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Comment: Condition: Very good condition., Binding: Paperback / Publisher: Beacon Press / Pub. Date: 1998 c1998 Attributes: xiii, 71 p. 22 cm. / Stock#: 2035915 (FBA) * * *This item qualifies for FREE SHIPPING and Amazon Prime programs! * * *
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Dark Sky Question (Barnard New Women Poets Series) Paperback – April 20, 1998


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Product Details

  • Series: Barnard New Women Poets Series
  • Paperback: 96 pages
  • Publisher: Beacon Press (April 20, 1998)
  • Language: English
  • ISBN-10: 0807068454
  • ISBN-13: 978-0807068458
  • Product Dimensions: 5.5 x 0.4 x 8.5 inches
  • Shipping Weight: 6.4 ounces (View shipping rates and policies)
  • Average Customer Review: 4.7 out of 5 stars  See all reviews (9 customer reviews)
  • Amazon Best Sellers Rank: #550,410 in Books (See Top 100 in Books)

Editorial Reviews

From Library Journal

It is through language more than any clear narrative structure that the poems in this first collection, winner of the 1997 Barnard New Women Poets Prize, evoke an eerie feeling of something gone awry: "A person can die of balance,/ just gleam like a squid/ and disappear." Elsewhere Szporluk speaks more clearly of violence: "And because of the cut, the distance of your life pours out,/ and because of the clouds/ like fat that surrounds you,/ you don't hear for a long time." Images of desolation create a tight weave, as a soft, persistent tone compels the reader to delve more deeply into their meaning. Even as we are warned that "in your rush to get in,/ you bruise the shape/of your body," we will be tempted to enter and reenter these poems. An excellent first collection.?Ann K. van Buren, New York Univ. Sch. of Continuing Education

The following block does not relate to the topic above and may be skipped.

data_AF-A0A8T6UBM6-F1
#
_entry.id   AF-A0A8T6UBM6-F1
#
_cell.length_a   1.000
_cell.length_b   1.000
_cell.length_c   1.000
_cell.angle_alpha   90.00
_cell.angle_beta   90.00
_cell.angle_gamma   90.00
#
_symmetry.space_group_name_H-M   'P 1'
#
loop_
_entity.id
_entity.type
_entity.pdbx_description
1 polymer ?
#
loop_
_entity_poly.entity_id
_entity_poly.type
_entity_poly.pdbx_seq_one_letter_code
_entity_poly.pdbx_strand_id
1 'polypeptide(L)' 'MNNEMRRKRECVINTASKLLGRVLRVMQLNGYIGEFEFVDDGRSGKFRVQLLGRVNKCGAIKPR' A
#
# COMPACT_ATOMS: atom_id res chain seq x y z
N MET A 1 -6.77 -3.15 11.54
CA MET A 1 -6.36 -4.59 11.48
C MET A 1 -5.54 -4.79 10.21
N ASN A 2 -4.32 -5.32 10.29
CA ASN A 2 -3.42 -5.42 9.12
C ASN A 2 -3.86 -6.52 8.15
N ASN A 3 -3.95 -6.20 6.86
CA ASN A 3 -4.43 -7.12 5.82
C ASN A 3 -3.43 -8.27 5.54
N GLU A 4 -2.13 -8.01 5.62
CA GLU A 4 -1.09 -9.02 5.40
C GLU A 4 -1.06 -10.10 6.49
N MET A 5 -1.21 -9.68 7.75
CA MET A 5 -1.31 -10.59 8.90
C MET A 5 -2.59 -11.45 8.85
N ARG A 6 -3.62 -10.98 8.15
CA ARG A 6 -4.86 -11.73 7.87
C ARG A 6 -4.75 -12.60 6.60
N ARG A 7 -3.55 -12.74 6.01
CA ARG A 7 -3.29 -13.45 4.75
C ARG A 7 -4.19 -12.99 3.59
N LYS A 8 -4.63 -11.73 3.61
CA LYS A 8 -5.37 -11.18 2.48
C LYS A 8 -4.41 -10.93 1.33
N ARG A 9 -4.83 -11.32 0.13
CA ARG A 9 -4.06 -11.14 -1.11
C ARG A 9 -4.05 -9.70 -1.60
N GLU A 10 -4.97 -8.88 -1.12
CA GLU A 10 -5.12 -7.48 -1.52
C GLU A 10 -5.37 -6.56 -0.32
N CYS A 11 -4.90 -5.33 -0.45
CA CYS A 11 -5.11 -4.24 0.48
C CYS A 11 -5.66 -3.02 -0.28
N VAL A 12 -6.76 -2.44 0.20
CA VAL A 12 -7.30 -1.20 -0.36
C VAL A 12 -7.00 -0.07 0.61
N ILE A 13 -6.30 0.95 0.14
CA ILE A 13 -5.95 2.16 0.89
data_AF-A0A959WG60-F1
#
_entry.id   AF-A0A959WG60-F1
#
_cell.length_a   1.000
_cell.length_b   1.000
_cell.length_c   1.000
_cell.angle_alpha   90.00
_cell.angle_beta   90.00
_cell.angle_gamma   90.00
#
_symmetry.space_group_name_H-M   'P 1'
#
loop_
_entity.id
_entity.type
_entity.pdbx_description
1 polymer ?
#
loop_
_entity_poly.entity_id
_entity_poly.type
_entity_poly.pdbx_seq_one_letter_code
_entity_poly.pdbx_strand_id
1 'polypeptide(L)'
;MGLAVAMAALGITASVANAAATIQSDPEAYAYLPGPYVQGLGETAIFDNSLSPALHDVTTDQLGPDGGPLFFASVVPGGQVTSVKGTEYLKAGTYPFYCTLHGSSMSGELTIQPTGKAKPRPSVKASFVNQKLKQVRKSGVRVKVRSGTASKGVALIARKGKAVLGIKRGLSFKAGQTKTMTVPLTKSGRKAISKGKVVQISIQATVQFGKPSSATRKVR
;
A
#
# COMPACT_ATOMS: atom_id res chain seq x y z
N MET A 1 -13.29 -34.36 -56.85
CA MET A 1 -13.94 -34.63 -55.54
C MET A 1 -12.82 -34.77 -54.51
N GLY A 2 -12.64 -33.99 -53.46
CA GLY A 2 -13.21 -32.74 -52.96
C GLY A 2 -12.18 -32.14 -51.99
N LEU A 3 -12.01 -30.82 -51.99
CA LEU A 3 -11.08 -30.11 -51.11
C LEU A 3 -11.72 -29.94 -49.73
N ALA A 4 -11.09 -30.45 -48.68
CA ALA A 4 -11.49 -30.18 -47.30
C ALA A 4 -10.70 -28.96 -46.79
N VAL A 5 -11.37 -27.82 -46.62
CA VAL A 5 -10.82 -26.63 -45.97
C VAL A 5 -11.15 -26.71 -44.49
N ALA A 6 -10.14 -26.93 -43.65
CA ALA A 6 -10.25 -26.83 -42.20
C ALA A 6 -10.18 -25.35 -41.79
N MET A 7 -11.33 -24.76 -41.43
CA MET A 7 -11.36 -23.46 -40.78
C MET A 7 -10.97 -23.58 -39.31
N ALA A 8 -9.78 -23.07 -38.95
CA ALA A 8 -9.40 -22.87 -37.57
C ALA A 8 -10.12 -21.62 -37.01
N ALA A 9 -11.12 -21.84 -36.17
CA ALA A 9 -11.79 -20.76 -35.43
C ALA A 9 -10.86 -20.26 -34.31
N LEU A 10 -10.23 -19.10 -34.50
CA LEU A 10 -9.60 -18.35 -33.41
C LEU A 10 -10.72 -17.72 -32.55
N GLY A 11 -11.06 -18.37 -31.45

Copyright 1998 Reed Business Information, Inc.

Review

The best series currently introducing new writers to the public.—Booklist

"How different this work is from the generic poetry of the day! Larissa Szporluk has created a new world of syntax and tone. Her poetry, free of narcissism and autobiography, indentured to the irrational and oblique, is made from a displaced language 'shaking to remember where it had owned.' I've missed this feral fineness in poetry—a clarity that is not watered-down slice of life but l'eau of stain and midnight: good strange. God Strange, too, for Szporluk is a religious poet, with her own indelible realm of awakening. Dark Sky Question arises from and speaks to the limbic portion of mind, that understory concerned with emotion and motivation, a heady linguistic space that remembers when the poem was 'a cage whose interior flew.'"—Alice Fulton, author of Dance Script with Electric Ballerina and Sensual Math

Praise for Larissa Szporluk
<hr>

"Her effects are breathtaking."—Daniel L. Guillory, Library Journal

"Szporluk . . . weaves magic out of indeterminacy."—Samuel Jay Keyser, Harvard Review

"If those two strange, haunted beings, Emily Dickinson and Georg Trakl, wedded, [Szporluk's] poems might well be the offspring."—Gregory Orr

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Customer Reviews

4.7 out of 5 stars
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Most Helpful Customer Reviews

3 of 4 people found the following review helpful By Myrtle Poplar on November 3, 1998
Format: Paperback
"Where he is, the jungle is still large. The things that sing, sing flight into his heart, and sky, and sun, and sounds so glad he thinks his mother was a bird..." ~ These are my favorite lines from Dark Sky Question. I love Larissa Szporluk's poetry so much. I keep the book by my bedside so I can read and reread her work. I hardly know how to express how her words have affected me. Such beauty. This is definitely one of my favorite poetry books ever.
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5 of 8 people found the following review helpful By Jack Tocco on November 28, 1999